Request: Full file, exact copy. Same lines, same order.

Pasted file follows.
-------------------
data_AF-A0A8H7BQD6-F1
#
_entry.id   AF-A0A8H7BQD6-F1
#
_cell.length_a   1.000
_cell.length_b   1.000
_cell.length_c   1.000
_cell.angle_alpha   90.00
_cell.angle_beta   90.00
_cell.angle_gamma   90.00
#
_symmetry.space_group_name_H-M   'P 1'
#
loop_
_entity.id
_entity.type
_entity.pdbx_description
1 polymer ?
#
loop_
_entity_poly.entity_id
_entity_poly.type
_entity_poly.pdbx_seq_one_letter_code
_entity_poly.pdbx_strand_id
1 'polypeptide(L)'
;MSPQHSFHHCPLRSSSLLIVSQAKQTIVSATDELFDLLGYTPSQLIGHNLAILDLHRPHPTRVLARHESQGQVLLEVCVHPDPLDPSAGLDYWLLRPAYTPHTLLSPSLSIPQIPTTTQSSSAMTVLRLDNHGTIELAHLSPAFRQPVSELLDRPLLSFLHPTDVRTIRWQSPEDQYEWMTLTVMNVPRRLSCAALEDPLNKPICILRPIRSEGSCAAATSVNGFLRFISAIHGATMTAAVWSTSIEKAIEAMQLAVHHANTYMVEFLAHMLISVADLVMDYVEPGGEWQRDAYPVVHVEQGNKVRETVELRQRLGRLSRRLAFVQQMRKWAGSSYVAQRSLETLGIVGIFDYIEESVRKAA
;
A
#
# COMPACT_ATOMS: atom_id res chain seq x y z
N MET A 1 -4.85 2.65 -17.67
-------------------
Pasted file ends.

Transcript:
data_AF-A0A8H7BQD6-F1
#
_entry.id   AF-A0A8H7BQD6-F1
#
_cell.length_a   1.000
_cell.length_b   1.000
_cell.length_c   1.000
_cell.angle_alpha   90.00
_cell.angle_beta   90.00
_cell.angle_gamma   90.00
#
_symmetry.space_group_name_H-M   'P 1'
#
loop_
_entity.id
_entity.type
_entity.pdbx_description
1 polymer ?
#
loop_
_entity_poly.entity_id
_entity_poly.type
_entity_poly.pdbx_seq_one_letter_code
_entity_poly.pdbx_strand_id
1 'polypeptide(L)'
;MSPQHSFHHCPLRSSSLLIVSQAKQTIVSATDELFDLLGYTPSQLIGHNLAILDLHRPHPTRVLARHESQGQVLLEVCVHPDPLDPSAGLDYWLLRPAYTPHTLLSPSLSIPQIPTTTQSSSAMTVLRLDNHGTIELAHLSPAFRQPVSELLDRPLLSFLHPTDVRTIRWQSPEDQYEWMTLTVMNVPRRLSCAALEDPLNKPICILRPIRSEGSCAAATSVNGFLRFISAIHGATMTAAVWSTSIEKAIEAMQLAVHHANTYMVEFLAHMLISVADLVMDYVEPGGEWQRDAYPVVHVEQGNKVRETVELRQRLGRLSRRLAFVQQMRKWAGSSYVAQRSLETLGIVGIFDYIEESVRKAA
;
A
#
# COMPACT_ATOMS: atom_id res chain seq x y z
N MET A 1 -4.85 2.65 -17.67